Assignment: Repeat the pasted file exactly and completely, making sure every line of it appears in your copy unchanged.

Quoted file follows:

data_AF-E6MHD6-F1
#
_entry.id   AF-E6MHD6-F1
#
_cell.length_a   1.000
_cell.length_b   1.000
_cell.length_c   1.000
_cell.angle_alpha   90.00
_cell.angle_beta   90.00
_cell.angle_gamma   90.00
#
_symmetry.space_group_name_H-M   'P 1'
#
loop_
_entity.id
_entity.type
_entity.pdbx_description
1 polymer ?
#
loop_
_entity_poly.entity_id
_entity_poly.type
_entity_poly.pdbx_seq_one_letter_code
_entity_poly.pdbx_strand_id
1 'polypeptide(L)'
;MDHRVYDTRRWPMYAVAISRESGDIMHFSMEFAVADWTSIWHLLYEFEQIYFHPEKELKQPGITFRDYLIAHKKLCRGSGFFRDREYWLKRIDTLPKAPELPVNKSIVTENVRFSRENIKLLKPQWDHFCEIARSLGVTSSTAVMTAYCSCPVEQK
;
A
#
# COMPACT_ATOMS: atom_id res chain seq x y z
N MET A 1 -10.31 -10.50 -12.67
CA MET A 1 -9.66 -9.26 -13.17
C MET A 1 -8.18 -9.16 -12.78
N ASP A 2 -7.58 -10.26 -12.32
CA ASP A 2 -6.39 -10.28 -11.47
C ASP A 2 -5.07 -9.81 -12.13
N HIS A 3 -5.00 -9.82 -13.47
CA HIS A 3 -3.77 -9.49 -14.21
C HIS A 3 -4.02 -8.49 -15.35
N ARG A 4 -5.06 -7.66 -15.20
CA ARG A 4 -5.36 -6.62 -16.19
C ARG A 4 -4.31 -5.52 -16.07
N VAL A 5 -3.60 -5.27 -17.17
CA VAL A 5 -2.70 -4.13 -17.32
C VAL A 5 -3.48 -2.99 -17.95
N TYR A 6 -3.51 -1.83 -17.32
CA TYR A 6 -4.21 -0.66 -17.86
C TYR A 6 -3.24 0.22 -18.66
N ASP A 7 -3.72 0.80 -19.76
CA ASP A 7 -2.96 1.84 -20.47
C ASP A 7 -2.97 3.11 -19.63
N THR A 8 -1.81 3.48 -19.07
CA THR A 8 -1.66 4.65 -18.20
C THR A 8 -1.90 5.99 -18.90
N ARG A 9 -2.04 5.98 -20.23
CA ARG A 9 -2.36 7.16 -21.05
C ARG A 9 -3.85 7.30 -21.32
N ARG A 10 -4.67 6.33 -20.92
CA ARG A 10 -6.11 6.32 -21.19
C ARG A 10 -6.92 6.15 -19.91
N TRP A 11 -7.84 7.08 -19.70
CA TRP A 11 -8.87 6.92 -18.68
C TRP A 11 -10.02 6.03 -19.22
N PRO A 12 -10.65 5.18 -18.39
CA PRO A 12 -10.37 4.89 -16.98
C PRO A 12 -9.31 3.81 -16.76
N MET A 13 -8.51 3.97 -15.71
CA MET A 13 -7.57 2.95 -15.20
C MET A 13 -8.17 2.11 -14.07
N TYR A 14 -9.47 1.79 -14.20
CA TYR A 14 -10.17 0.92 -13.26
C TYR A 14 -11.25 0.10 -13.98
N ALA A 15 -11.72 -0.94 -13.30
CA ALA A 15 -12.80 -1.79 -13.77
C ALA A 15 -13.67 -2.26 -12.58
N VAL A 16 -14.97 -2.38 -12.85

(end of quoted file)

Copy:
data_AF-E6MHD6-F1
#
_entry.id   AF-E6MHD6-F1
#
_cell.length_a   1.000
_cell.length_b   1.000
_cell.length_c   1.000
_cell.angle_alpha   90.00
_cell.angle_beta   90.00
_cell.angle_gamma   90.00
#
_symmetry.space_group_name_H-M   'P 1'
#
loop_
_entity.id
_entity.type
_entity.pdbx_description
1 polymer ?
#
loop_
_entity_poly.entity_id
_entity_poly.type
_entity_poly.pdbx_seq_one_letter_code
_entity_poly.pdbx_strand_id
1 'polypeptide(L)'
;MDHRVYDTRRWPMYAVAISRESGDIMHFSMEFAVADWTSIWHLLYEFEQIYFHPEKELKQPGITFRDYLIAHKKLCRGSGFFRDREYWLKRIDTLPKAPELPVNKSIVTENVRFSRENIKLLKPQWDHFCEIARSLGVTSSTAVMTAYCSCPVEQK
;
A
#
# COMPACT_ATOMS: atom_id res chain seq x y z
N MET A 1 -10.31 -10.50 -12.67
CA MET A 1 -9.66 -9.26 -13.17
C MET A 1 -8.18 -9.16 -12.78
N ASP A 2 -7.58 -10.26 -12.32
CA ASP A 2 -6.39 -10.28 -11.47
C ASP A 2 -5.07 -9.81 -12.13
N HIS A 3 -5.00 -9.82 -13.47
CA HIS A 3 -3.77 -9.49 -14.21
C HIS A 3 -4.02 -8.49 -15.35
N ARG A 4 -5.06 -7.66 -15.20
CA ARG A 4 -5.36 -6.62 -16.19
C ARG A 4 -4.31 -5.52 -16.07
N VAL A 5 -3.60 -5.27 -17.17
CA VAL A 5 -2.70 -4.13 -17.32
C VAL A 5 -3.48 -2.99 -17.95
N TYR A 6 -3.51 -1.83 -17.32
CA TYR A 6 -4.21 -0.66 -17.86
C TYR A 6 -3.24 0.22 -18.66
N ASP A 7 -3.72 0.80 -19.76
CA ASP A 7 -2.96 1.84 -20.47
C ASP A 7 -2.97 3.11 -19.63
N THR A 8 -1.81 3.48 -19.07
CA THR A 8 -1.66 4.65 -18.20
C THR A 8 -1.90 5.99 -18.90
N ARG A 9 -2.04 5.98 -20.23
CA ARG A 9 -2.36 7.16 -21.05
C ARG A 9 -3.85 7.30 -21.32
N ARG A 10 -4.67 6.33 -20.92
CA ARG A 10 -6.11 6.32 -21.19
C ARG A 10 -6.92 6.15 -19.91
N TRP A 11 -7.84 7.08 -19.70
CA TRP A 11 -8.87 6.92 -18.68
C TRP A 11 -10.02 6.03 -19.22
N PRO A 12 -10.65 5.18 -18.39
CA PRO A 12 -10.37 4.89 -16.98
C PRO A 12 -9.31 3.81 -16.76
N MET A 13 -8.51 3.97 -15.71
CA MET A 13 -7.57 2.95 -15.20
C MET A 13 -8.17 2.11 -14.07
N TYR A 14 -9.47 1.79 -14.20
CA TYR A 14 -10.17 0.92 -13.26
C TYR A 14 -11.25 0.10 -13.98
N ALA A 15 -11.72 -0.94 -13.30
CA ALA A 15 -12.80 -1.79 -13.77
C ALA A 15 -13.67 -2.26 -12.58
N VAL A 16 -14.97 -2.38 -12.85